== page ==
NEW YORK TIMES-1951
BIRMINGHAM, Mich.-Ben Hogan is still the champion. In another great comeback, the little Texan retained the United States Open golf title by closing with a 67 at the enormously difficult Oakland Hills Country Club to finish with a 72- hole aggregate of 287. Trailing the leader, Bobby Locke of South Africa, at the end of the second round yesterday by five strokes and co-leaders Locke and Jimmy Demaret after the third this morning by two, Hogan won in a smashing finale by two strokes.
With a large sector of the record crowd of 17,500 hemming in the eighteenth green to view another phase of his courageous bid to keep the crown, Hogan rolled in a 14-foot putt for a concluding birdie 3. Surrounded by a cordon of police he made his way to the clubhouse amid the cheers of the spectators who had witnessed another stirring chapter in the golfing story of Hogan. Then Hogan, the man who returned to the game after an almost fatal accident in 1949 to triumph in the historic play-off at Merion a year ago in one of the greatest of all sports comebacks, had to wait 1 hour and 45 minutes before he knew his claim on the trophy was secure.
Until Hogan did the trick, no one among the 162 who started play here in the opening round had been able to beat the controversial par 70 of the course. “Under the circumstances,” stated Hogan as he sat in the locker room patiently awaiting the latest news of Locke’s progress, “it was the greatest round I have played. I didn’t think I could do it. My friends said last night that I might win with a pair of 69’s. It seemed too much on this course. It is the hardest course I have ever played. I haven’t played all the courses in the world, but I don’t want to, especially if there are any that are tougher than this one.”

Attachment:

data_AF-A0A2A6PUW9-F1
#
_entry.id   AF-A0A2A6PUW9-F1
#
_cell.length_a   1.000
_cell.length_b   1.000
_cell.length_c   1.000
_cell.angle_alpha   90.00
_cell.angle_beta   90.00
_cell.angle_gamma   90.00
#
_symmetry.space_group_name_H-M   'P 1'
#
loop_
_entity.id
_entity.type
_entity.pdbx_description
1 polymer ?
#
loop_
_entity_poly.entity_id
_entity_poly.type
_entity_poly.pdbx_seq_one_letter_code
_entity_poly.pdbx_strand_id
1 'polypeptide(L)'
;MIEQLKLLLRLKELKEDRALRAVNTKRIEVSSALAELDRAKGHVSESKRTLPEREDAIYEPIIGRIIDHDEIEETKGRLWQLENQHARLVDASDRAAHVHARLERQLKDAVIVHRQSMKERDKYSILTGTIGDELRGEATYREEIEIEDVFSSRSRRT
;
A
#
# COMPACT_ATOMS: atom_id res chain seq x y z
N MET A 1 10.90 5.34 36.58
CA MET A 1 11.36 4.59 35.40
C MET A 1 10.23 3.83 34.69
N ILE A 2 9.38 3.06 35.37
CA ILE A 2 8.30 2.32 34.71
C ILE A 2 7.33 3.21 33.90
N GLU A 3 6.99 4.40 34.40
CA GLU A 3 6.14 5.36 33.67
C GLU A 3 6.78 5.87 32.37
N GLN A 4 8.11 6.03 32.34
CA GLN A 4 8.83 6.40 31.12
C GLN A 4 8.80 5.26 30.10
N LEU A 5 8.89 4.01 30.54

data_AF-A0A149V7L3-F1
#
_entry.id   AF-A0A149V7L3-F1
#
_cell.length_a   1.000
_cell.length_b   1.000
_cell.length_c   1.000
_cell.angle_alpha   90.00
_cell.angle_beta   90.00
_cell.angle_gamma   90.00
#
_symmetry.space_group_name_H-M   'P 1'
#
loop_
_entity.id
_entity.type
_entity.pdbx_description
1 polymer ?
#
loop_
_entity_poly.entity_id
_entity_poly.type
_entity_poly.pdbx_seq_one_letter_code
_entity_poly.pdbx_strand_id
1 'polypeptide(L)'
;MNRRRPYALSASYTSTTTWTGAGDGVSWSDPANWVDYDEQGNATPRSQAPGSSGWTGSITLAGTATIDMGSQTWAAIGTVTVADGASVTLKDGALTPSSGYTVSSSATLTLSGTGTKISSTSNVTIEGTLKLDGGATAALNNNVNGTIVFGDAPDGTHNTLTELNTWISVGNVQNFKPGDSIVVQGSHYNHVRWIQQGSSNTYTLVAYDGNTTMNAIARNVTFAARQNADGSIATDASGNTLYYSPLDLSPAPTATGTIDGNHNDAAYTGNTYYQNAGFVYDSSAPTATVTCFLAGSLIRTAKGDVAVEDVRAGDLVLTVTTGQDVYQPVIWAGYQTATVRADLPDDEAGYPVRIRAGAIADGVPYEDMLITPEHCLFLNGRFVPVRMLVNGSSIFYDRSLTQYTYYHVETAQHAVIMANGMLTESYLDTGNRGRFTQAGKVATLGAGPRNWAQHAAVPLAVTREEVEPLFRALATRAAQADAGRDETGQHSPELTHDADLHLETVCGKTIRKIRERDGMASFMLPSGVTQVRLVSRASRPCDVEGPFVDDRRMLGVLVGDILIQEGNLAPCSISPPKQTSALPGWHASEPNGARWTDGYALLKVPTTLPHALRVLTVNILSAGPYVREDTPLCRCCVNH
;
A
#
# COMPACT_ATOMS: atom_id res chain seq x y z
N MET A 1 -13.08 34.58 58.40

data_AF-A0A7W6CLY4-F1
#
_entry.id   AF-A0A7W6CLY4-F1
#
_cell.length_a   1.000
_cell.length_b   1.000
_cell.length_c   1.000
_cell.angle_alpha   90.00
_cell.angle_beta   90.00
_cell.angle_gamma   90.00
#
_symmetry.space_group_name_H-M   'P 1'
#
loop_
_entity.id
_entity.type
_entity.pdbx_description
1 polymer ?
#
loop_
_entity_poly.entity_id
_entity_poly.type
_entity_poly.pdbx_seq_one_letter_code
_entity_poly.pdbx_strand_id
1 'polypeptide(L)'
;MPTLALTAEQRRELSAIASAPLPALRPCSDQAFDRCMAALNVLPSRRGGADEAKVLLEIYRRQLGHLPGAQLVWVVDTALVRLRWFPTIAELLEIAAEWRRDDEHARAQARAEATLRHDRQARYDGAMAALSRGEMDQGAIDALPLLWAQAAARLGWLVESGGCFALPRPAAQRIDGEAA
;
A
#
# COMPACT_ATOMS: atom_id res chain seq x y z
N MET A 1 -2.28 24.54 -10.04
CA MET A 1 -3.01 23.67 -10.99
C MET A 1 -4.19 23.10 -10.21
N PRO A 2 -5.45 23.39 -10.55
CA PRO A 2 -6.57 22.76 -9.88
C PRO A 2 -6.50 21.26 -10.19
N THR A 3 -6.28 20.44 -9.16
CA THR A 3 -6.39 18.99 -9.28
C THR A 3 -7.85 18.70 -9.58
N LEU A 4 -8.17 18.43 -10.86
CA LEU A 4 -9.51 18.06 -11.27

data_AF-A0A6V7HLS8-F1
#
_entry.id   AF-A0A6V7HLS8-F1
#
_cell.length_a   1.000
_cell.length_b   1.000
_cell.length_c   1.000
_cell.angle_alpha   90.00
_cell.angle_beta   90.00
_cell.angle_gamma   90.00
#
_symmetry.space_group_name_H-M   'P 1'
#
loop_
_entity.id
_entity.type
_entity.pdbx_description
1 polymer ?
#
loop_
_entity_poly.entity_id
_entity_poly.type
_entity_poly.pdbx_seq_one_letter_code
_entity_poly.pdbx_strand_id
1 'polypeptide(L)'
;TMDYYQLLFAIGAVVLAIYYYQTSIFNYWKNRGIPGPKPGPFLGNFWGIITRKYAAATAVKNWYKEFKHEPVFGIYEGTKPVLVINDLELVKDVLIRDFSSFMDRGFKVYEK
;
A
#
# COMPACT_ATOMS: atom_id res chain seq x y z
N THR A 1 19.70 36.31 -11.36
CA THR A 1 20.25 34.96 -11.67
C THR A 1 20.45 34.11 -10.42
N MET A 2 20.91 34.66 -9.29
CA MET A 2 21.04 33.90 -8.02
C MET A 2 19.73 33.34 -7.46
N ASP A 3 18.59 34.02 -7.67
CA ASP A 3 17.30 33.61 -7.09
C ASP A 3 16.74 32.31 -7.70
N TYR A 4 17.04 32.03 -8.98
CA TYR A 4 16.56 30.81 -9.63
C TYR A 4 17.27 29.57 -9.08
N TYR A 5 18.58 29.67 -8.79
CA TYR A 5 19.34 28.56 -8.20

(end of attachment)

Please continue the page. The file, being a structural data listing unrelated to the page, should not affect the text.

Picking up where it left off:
He started Thursday with a 75, a bit ruffled by his failure to solve the course. Neither was he satisfied yesterday with a 73, nor this morning with a 71. He blamed himself for overclubbing, for making mistakes. “I guess all of the boys are making more,” he confessed.
But the 71 this morning was something in the way of an inspiration for the thrill-hungry crowd. All week they had heard reports of or seen for themselves the narrow fairways with strategically placed traps, the greens of rolling contours and two par-4 holes that many thought should have been rated at 5. And no one was under par! Hogan changed this attitude completely as he played the first nine in 32. Hogan seemed determined to “beat” the course. He looked grim. He was concentrating. In fact, on the final putt for the 67, he stood over the ball at least 30 seconds before stroking. He wanted to do his best and he did.